# What Does A Strong Solution Look Like?

Upon completing an Exemplars task, what should a student’s final problem-solving solution look like? What should be included? In this video, we will walk students through what they should be thinking about and what they should include to create a strong final solution.

The goal of completing an Exemplars problem-solving task is more than just arriving at a correct answer. Students need to show all of their mathematical thinking so that any reader can understand their strategy. Students also need to prove their thinking and walk any reader through their thinking process. The Exemplars Problem Solving Procedure and Student Rubric guide students through this process.

A Complete Solution

First, students need to provide an “I have to...” sentence, explaining what the problem is asking to be solved, in the student’s own words. This is asked for in the red section of the Problem Solving Procedure. Second, students need to describe the strategy they will use to solve the problem. For this, students should write an “I will ...” sentence, or “My strategy is …” For example: “I will use a diagram” or “I will use a bar graph” (table, graph, etc). This is indicated in the yellow section of the Problem Solving Procedure sheet. Third, students should show the actual math strategy–a diagram, a number line, a table, a graph, etc.--they selected to solve the problem. Whatever their strategy, students need to show this within their work. This is also where students can include their calculations, equations, formulas, etc. A question for students to be thinking about is, “What calculations does a reader need to see to trust that the answer I provided is correct?” This is the blue section of the Problem Solving Procedure sheet. Fourth, students should use the Problem Solving Procedure or Student Rubric to review their solutions and “self-assess” their work.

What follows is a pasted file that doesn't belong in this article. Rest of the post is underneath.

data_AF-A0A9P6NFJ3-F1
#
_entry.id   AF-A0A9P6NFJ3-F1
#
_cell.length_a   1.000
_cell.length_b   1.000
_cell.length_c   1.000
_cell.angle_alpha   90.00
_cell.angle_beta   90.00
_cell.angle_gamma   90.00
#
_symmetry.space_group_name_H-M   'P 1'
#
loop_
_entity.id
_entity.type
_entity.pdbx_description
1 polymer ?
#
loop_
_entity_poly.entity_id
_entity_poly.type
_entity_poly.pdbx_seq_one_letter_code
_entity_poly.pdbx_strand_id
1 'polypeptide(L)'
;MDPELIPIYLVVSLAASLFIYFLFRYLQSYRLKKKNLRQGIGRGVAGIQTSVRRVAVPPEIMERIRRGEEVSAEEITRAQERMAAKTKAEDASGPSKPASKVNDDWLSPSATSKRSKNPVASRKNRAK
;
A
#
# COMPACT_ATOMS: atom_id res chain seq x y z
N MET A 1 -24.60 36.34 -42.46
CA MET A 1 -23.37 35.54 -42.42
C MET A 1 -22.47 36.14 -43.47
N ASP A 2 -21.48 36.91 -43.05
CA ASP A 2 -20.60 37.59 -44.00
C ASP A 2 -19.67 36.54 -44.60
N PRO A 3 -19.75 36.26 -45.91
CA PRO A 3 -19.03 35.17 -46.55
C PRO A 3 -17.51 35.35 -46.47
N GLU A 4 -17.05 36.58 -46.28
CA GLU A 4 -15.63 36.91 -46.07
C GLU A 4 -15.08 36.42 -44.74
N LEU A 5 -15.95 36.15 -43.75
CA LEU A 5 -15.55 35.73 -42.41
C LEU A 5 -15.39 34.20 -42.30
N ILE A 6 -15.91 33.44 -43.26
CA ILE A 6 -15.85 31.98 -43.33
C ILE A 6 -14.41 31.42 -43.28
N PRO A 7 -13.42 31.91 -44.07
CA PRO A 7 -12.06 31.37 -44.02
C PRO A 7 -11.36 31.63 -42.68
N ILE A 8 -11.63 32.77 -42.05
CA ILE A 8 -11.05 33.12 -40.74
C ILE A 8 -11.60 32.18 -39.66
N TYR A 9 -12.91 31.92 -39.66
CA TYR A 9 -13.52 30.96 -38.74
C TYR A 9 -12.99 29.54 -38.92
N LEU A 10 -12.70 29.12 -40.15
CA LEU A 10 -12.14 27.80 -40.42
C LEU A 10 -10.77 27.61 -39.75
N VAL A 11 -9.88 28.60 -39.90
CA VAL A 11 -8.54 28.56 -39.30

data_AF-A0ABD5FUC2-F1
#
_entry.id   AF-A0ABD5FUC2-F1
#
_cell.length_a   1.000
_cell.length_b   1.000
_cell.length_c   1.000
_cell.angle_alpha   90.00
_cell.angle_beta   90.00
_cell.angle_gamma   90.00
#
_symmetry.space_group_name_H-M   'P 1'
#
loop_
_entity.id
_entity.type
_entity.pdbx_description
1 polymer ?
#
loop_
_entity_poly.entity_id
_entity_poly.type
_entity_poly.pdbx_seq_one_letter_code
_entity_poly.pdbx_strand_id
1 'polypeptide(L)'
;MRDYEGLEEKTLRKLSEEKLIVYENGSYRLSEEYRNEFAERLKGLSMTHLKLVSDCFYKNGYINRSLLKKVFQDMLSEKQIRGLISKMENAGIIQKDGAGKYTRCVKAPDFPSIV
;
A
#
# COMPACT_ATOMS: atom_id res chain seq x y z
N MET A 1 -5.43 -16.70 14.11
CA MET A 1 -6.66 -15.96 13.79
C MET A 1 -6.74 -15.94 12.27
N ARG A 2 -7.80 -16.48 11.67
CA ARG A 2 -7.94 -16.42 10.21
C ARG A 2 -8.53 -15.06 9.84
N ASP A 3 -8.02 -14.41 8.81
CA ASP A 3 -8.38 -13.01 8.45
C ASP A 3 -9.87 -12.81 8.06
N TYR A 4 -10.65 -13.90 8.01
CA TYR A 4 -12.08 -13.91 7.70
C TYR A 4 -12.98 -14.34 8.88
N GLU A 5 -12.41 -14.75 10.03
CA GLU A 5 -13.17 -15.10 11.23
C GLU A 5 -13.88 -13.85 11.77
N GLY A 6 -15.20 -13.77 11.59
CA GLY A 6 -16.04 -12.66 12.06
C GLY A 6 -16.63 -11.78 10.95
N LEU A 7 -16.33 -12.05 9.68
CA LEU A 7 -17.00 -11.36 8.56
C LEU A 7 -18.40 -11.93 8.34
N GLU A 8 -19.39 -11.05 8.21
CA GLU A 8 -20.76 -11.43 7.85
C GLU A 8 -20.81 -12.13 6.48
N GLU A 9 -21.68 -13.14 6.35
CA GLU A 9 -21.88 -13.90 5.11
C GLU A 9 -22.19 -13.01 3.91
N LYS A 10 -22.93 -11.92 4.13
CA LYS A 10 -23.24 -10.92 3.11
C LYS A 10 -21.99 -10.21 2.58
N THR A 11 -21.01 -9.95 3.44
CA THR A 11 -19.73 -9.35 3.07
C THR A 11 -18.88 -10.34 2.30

• Did the student state an answer?
• Did the the student include at least two formal math terms and symbolic notation beyond basic numerals and calculation symbols?
• Are the representations appropriate, labeled and accurate?

This is the green section of the colored Problem Solving Procedure sheet. Finally, students need to include a mathematical connection. Connecting today’s math thinking with ideas students have learned in the past helps build a rich understanding of how all math concepts fit together. Students can make a connection at any time while creating their solution. Some connections could include:

• How does this problem connect with the math they have been studying all year?
• Can the students use another representation to solve the problem?
• Can the student solve the problem another way?
• Does the student see any patterns?

This is the purple/chain section of the colored Problem Solving Procedure sheet. We hope this video will help students develop rich, clear solutions. Enjoy! And, please let us know if you have any questions. Be well!

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